(EnergyAsia, November 30 2012, Friday) — North America will dramatically change the global energy map as it sharply raises oil and gas production in coming decades, predicts the International Energy Agency (IEA) in its 2012 edition of the World Energy Outlook (WEO).

“North America is at the forefront of a sweeping transformation in oil and gas production that will affect all regions of the world, yet the potential also exists for a similarly transformative shift in global energy efficiency,” said IEA Executive Director Maria van der Hoeven.

“This year’s World Energy Outlook shows that by 2035, we can achieve energy savings equivalent to nearly a fifth of global demand in 2010. In other words, energy efficiency is just as important as unconstrained energy supply, and increased action on efficiency can serve as a unifying energy policy that brings multiple benefits.”

The WEO finds that the extraordinary growth in oil and natural gas output in the US will mean a sea-change in global energy flows.

In the New Policies Scenario, the WEO’s central scenario, the US becomes a net exporter of natural gas by 2020 and is almost self-sufficient in energy, in net terms, by 2035. North America emerges as a net oil exporter, accelerating the switch in direction of international oil trade, with almost 90% of Middle Eastern oil exports being drawn to Asia by 2035.

Links between regional gas markets will strengthen as liquefied natural gas trade becomes more flexible and contract terms evolve. While regional dynamics change, global energy demand will push ever higher, growing by more than one-third to 2035. China, India and the Middle East account for 60% of the growth; demand barely rises in the OECD, but there is a pronounced shift towards gas and renewables.

The IEA expects fossil fuels to remain dominant in the global energy mix, supported by subsidies that, in 2011, surged by almost 30% to US$523 billion, due mainly to increases in the Middle East and North Africa.

It expects global oil demand to grow by seven million b/d to 2020 and to exceed 99 million b/d in 2035, with oil prices averaging US$125 per barrel in real terms and over US$215 per barrel in nominal terms.

A surge in unconventional and deepwater oil is seen boosting non-OPEC supply over the current decade, but the world will rely increasingly on OPEC after 2020. Iraq will account for 45% of the growth in global oil production to 2035 to become the second-largest global oil exporter, overtaking Russia.

While the regional picture for natural gas varies, the global outlook over the coming decades will remain bright as demand increases by 50% to five trillion cubic metres in 2035. Nearly half of the increase in production to 2035 will come from unconventional gas, with most of this taking place in the US, Australia and China.

Whether demand for coal carries on rising strongly or changes course radically will depend on the strength of policy decisions around lower-emissions energy sources and changes in the price of coal relative to natural gas.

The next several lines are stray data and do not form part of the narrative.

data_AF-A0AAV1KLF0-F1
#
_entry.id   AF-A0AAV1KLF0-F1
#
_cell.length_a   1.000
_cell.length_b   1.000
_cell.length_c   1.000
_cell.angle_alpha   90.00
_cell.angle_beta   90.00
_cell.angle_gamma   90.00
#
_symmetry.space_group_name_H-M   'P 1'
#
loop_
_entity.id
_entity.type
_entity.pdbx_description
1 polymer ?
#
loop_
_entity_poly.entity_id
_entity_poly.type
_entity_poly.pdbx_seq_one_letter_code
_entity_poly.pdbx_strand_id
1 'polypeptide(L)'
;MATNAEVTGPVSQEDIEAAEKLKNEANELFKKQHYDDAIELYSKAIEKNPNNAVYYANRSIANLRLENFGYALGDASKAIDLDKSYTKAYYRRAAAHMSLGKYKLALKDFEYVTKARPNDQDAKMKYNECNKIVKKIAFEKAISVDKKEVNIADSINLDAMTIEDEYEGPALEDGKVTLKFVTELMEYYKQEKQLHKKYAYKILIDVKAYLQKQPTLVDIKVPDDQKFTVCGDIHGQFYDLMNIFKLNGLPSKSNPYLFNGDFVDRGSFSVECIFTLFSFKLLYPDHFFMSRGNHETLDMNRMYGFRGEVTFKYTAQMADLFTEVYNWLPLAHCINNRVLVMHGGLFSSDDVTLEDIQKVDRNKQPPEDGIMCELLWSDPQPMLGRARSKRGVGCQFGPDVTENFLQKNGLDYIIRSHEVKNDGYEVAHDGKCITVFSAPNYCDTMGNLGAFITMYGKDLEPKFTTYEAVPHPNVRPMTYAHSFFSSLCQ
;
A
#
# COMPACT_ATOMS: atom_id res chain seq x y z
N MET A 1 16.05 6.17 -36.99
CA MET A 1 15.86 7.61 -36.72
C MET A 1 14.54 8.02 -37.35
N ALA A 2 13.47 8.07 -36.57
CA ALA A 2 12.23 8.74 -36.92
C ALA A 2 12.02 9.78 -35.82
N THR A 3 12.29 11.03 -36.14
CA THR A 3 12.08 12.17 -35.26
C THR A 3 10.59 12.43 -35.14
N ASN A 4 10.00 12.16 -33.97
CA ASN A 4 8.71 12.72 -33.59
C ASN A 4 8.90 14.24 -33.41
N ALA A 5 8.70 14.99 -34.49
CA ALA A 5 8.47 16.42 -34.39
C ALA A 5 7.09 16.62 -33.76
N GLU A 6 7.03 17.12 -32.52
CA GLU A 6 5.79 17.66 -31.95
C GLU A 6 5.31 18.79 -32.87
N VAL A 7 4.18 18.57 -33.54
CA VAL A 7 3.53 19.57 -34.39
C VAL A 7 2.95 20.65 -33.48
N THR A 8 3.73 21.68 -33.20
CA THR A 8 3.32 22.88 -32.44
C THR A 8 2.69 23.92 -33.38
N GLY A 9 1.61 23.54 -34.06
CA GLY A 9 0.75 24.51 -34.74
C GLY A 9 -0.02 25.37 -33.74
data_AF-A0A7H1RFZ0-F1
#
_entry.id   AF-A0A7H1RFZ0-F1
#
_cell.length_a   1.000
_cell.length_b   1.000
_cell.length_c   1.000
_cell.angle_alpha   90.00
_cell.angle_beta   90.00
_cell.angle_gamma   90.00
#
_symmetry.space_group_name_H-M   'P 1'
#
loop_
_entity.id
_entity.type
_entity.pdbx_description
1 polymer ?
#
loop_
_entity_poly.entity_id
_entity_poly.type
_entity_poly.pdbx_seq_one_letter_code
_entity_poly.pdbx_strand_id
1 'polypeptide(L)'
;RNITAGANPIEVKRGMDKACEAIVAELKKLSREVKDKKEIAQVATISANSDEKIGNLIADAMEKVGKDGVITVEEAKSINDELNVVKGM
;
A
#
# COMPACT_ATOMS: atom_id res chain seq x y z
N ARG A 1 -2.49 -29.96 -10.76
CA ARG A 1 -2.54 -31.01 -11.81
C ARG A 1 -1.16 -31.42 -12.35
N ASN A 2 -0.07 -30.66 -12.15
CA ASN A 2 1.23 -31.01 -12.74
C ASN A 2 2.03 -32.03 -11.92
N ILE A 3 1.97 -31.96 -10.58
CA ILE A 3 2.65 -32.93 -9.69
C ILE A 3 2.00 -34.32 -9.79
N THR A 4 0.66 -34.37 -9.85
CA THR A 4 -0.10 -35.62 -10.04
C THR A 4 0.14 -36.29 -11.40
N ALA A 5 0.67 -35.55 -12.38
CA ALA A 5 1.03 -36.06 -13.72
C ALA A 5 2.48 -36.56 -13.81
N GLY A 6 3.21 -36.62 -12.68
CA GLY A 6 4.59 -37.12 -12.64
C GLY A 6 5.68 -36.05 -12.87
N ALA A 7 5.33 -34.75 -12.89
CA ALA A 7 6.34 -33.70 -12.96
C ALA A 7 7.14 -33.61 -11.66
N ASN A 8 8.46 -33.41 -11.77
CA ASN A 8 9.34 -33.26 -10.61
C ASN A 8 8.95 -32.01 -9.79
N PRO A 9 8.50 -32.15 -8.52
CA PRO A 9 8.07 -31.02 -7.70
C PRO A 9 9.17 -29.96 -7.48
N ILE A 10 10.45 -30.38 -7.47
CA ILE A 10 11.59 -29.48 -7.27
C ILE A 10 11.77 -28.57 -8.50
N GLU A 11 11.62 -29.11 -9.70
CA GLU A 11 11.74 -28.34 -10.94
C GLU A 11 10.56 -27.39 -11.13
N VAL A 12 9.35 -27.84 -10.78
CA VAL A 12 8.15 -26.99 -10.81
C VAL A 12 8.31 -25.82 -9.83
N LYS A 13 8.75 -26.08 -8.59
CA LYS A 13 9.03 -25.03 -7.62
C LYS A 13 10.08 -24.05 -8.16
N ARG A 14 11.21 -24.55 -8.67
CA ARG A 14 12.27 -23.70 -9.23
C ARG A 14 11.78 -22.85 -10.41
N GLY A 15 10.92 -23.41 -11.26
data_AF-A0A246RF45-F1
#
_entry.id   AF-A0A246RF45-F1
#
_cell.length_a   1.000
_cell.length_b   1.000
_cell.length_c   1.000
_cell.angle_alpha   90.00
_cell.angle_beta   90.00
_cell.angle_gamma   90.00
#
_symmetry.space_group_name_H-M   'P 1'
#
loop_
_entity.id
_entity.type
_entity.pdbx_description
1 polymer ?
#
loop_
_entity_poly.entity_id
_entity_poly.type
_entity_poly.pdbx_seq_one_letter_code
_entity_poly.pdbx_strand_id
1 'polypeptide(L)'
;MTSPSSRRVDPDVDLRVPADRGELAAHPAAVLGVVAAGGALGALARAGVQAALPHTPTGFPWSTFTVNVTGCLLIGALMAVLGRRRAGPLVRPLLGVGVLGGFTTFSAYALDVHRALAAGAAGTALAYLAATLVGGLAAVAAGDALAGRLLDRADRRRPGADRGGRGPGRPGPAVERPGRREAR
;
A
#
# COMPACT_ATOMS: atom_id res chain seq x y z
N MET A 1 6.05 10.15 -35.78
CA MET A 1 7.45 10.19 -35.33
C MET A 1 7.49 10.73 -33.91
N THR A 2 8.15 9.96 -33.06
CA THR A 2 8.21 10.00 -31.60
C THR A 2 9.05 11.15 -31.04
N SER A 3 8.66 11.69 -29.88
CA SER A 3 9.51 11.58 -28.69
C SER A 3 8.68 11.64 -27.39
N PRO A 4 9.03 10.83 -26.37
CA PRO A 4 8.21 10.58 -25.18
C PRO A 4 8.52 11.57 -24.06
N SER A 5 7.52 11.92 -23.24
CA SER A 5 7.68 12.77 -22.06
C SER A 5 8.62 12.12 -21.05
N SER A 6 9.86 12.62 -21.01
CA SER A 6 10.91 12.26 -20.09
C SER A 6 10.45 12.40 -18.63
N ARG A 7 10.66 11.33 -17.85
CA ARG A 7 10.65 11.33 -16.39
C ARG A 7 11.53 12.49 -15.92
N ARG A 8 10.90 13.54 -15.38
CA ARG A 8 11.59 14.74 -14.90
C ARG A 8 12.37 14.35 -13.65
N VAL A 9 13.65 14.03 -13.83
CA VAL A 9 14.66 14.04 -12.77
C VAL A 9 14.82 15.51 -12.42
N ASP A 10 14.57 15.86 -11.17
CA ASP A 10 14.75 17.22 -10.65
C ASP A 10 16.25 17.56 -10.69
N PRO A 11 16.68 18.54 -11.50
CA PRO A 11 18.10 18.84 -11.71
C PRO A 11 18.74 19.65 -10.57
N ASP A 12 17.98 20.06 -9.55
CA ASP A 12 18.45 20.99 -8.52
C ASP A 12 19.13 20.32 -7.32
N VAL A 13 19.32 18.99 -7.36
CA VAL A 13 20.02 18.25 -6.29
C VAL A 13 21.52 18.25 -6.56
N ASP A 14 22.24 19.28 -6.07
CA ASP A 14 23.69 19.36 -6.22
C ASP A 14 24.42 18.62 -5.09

In the New Policies Scenario, the IEA expects global coal demand, led by China and India, to rise by 21%.

For the first time, the IEA addressed the growing importance of water given its importance to the production of energy. Already, it notes the energy sector accounts for 15% of the world’s total water use and will have an impact on assessing the viability of energy projects.

“In some regions, water constraints are already affecting the reliability of existing operations and they will introduce additional costs. Expanding power generation and biofuels output underpin an 85% increase in the amount consumed (the volume of water that is not returned to its source after use) through to 2035,” said the IEA.

Fatih Birol, IEA’s chief economist and the WEO’s lead author, said:

“Our analysis shows that in the absence of a concerted policy push, two-thirds of the economically viable potential to improve energy efficiency will remain unrealised through to 2035. Action to improve energy efficiency could delay the complete ‘lock-in’ of the allowable emissions of carbon dioxide under a 2oC trajectory – which is currently set to happen in 2017 – until 2022, buying time to secure a much-needed global climate agreement. It would also bring substantial energy security and economic benefits, including cutting fuel bills by 20% on average.”

The report also makes a case for energy efficiency in helping to cut the growth in global energy demand by half.

Global oil demand would peak before 2020 and fall by almost 13 million b/d by 2035, a reduction equal to the current production of Russia and Norway combined. The accrued resources would facilitate a gradual reorientation of the global economy, boosting cumulative economic output to 2035 by US$18 trillion, with the biggest gains in India, China, the US and Europe.